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Expressivism and the practicality of moral convictions

Sinclair, Neil

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Abstract

Many expressivists have employed a claim about the practicality of morality in support of their view that moral convictions are not purely descriptive mental states. In this paper I argue that all extant arguments of this form fail. I distinguish six versions of such arguments and argue that in each case either the sense of practicality the argument employs is too weak, in which case there is no reason to think that descriptive states cannot be practical or the sense of practicality the argument employs is too strong, in which case there is no reason to think moral convictions are practical. I also discuss and dismiss an attempted patch of such arguments provided by Humean Psychology. The conclusion is that expressivists need to look to sources other than the alleged practicality of morality to support their position. In concluding remarks I suggest one such alternative.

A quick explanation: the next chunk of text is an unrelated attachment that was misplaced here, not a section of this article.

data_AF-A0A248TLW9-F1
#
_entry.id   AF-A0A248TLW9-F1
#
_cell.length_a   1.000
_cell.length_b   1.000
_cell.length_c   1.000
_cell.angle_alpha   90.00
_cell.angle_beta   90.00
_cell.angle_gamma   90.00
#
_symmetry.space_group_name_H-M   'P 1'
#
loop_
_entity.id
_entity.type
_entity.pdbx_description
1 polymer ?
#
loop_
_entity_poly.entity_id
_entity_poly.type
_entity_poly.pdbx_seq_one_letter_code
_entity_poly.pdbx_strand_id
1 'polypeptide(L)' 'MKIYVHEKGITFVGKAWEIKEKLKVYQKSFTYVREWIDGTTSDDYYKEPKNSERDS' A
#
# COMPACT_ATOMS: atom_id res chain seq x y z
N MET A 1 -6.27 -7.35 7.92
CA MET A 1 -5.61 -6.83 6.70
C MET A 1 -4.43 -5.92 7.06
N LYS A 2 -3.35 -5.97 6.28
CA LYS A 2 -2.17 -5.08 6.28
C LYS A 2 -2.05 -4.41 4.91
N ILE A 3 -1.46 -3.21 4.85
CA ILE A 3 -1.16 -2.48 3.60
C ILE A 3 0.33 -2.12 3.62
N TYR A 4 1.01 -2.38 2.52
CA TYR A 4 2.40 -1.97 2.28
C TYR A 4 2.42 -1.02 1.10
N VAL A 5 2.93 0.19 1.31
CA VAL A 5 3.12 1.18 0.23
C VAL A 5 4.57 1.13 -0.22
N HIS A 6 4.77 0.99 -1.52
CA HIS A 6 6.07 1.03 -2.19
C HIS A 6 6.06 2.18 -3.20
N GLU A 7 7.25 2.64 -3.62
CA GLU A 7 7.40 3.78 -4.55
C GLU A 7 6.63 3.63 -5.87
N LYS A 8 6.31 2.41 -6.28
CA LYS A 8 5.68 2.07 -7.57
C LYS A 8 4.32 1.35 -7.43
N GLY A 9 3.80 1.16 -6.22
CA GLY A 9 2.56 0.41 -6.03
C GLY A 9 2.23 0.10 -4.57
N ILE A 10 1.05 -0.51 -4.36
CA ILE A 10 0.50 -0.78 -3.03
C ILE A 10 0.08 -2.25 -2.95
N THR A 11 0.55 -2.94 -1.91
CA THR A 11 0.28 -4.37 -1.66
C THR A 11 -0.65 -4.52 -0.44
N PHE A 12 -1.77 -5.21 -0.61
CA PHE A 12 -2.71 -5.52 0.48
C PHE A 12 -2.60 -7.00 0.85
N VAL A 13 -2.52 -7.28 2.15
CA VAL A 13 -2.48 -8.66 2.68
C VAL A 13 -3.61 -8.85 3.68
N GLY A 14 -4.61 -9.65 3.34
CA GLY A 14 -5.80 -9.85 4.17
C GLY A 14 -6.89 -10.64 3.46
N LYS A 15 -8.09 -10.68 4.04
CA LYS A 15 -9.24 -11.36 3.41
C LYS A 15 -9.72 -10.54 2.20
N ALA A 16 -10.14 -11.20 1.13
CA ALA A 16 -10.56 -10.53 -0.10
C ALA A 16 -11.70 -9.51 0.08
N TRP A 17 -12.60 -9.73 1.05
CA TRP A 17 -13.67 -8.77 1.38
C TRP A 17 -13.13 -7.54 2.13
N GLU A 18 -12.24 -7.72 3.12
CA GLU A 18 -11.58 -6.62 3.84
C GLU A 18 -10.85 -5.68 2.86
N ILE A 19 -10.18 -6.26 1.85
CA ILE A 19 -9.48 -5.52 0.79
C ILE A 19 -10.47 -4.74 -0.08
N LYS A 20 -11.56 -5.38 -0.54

Citation

Sinclair, N. (2007). Expressivism and the practicality of moral convictions. Journal of Value Inquiry, 41(2-4), doi:10.1007/s10790-007-9080-x

Journal Article Type Article
Publication Date Jan 1, 2007
Deposit Date Mar 14, 2012
Publicly Available Date Mar 14, 2012
Journal The Journal of Value Inquiry
Electronic ISSN 0022-5363
Publisher Humana Press
Peer Reviewed Not Peer Reviewed
Volume 41
Issue 2-4
DOI https://doi.org/10.1007/s10790-007-9080-x
Public URL http://eprints.nottingham.ac.uk/id/eprint/1600
Publisher URL http://www.springerlink.com/content/3q322g7625n72646/
Additional Information The original publication is available at www.springerlink.com

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